Can a scientist really be a believer? George Cunningham answers this question with a resounding No.
An accomplished geneticist, Cunningham now writes for a broader audience in this rebuttal to Francis Collins’ 2006 book The Language of God. Cunningham deconstructs the chief arguments used by Collins to make the case for belief in the Christian God, and attempts to show that these arguments don’t necessarily lead to the same conclusions that Collins has reached.
Cunningham does an excellent job of presenting complex scientific concepts in a manner which is accessible to the layperson. His points are well laid out, and it is easy to follow the flow of his arguments.
Cunningham begins with an account of his own personal faith journey–how he grew up in the Catholic church, how he studied science and found it to be inconsistent with religious belief, specifically the question of miracles and the problem of evil, and how he ultimately stopped believing.
One of the key issues here is the problem of evil. How can a good God permit evil in this world? A goodly portion of the evil in the world exists because God gave humans free will. But what kind of God would give humans free will, knowing the evil and suffering that would result?
Next, Cunningham turns to morality–the idea that some things are right and others are wrong. Cunningham takes issue with the idea that there is a Moral Law created by God which guides humans’ views of what is right and wrong, and argues instead that this is a product of nature and culture.
Next, Cunningham looks at cosmology. Does the Big Bang point inexorably toward God? Do the finely tuned physical constants of the universe point inexorably toward a God who is working things for the creation of human life? Not necessarily.
Next Cunningham questions the validity of the Bible and concludes that the weight of scholarly analysis shows it to be unreliable as a historically accurate description of events. Looking at the New Testament alone, there is a gap of at least thirty to fifty years between the events depicted in the Gospels and the appearance of the first portions of what would ultimately become the New Testament. Cunningham contends that this is ample time for legends and fantastic distortions of the truth to crop up (don’t know if I would agree with that).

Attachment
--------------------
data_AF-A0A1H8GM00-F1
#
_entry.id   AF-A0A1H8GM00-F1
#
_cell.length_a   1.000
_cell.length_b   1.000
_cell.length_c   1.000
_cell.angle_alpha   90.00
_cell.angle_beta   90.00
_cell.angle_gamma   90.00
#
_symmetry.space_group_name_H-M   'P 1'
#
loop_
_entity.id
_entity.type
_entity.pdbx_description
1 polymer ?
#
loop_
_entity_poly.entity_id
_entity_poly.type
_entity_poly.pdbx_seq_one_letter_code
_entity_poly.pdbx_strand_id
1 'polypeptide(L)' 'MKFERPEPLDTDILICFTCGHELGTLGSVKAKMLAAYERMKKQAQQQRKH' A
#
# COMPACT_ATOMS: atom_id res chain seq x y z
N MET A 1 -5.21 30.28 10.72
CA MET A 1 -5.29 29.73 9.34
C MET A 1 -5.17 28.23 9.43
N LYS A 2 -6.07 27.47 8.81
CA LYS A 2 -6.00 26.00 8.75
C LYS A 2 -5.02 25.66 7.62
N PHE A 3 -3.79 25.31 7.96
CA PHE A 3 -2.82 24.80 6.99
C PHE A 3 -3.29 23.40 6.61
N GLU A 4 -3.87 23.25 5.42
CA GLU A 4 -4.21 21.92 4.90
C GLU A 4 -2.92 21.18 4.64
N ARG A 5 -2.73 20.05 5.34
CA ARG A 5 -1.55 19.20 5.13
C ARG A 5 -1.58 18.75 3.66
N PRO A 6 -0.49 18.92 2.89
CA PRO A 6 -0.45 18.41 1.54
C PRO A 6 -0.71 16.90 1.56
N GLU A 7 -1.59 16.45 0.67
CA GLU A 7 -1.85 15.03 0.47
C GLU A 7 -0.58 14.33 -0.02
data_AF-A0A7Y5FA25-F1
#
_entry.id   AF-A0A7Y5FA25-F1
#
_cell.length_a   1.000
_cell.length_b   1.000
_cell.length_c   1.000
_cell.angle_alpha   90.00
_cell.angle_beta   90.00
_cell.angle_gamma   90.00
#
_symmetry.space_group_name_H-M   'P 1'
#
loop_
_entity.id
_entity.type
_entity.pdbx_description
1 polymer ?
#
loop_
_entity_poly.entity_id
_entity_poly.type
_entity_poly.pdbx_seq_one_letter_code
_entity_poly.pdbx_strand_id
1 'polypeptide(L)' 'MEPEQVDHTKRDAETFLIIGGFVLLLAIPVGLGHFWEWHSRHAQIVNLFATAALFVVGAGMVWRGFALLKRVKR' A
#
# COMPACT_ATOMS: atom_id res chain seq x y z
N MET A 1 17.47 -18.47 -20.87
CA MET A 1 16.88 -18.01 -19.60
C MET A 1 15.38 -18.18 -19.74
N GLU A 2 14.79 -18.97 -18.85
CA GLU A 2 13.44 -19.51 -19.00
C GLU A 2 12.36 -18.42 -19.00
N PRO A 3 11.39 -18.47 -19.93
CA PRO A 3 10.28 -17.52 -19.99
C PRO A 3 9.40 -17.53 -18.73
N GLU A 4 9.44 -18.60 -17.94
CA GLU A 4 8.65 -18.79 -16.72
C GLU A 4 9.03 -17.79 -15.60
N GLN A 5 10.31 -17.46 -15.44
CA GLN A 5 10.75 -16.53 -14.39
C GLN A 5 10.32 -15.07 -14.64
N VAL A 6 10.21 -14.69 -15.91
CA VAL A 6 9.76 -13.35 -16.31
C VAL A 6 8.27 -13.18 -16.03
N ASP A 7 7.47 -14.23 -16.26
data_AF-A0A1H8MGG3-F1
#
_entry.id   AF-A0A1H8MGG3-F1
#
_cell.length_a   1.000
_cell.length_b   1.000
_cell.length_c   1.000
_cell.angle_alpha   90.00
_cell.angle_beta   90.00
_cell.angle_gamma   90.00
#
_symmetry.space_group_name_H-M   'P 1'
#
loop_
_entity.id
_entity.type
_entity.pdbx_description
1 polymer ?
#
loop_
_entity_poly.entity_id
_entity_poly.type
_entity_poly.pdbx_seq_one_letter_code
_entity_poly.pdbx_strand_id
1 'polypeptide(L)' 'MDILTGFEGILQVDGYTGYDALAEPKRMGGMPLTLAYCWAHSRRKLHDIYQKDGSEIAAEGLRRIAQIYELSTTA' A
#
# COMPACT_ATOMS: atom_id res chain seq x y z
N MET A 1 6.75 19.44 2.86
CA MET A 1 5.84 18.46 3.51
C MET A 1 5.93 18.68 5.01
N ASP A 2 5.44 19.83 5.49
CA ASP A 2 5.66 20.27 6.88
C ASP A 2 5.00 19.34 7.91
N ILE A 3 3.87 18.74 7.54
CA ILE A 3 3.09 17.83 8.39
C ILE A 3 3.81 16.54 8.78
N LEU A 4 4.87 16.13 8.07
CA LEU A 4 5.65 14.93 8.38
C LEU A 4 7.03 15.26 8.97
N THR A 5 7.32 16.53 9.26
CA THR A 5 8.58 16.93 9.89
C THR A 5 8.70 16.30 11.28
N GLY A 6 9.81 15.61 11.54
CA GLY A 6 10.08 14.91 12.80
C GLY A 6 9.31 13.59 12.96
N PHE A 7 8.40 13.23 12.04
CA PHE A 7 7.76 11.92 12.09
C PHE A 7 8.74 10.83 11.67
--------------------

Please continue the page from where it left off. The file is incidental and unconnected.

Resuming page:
The debate between belief and atheism is one which has been taking place between people much smarter than myself for a very long time. It is not the place of this book review to attempt to settle this debate, or to provide the definitive response to the arguments for atheism–or for belief, for that matter. Collins’s book did not settle the debate between belief and atheism, and neither will this book.
Christians, you would do well to consider this book because the arguments which Cunningham makes are arguments which you will come across at some point in your life, if you have not already. You need to engage this material honestly and know why you believe what you believe. And even if you read this and become convinced that it is no longer reasonable to believe in God…well, better an honest unbeliever than a believer who is lying to himself or herself.
[The reviewer was furnished with a copy of this book.]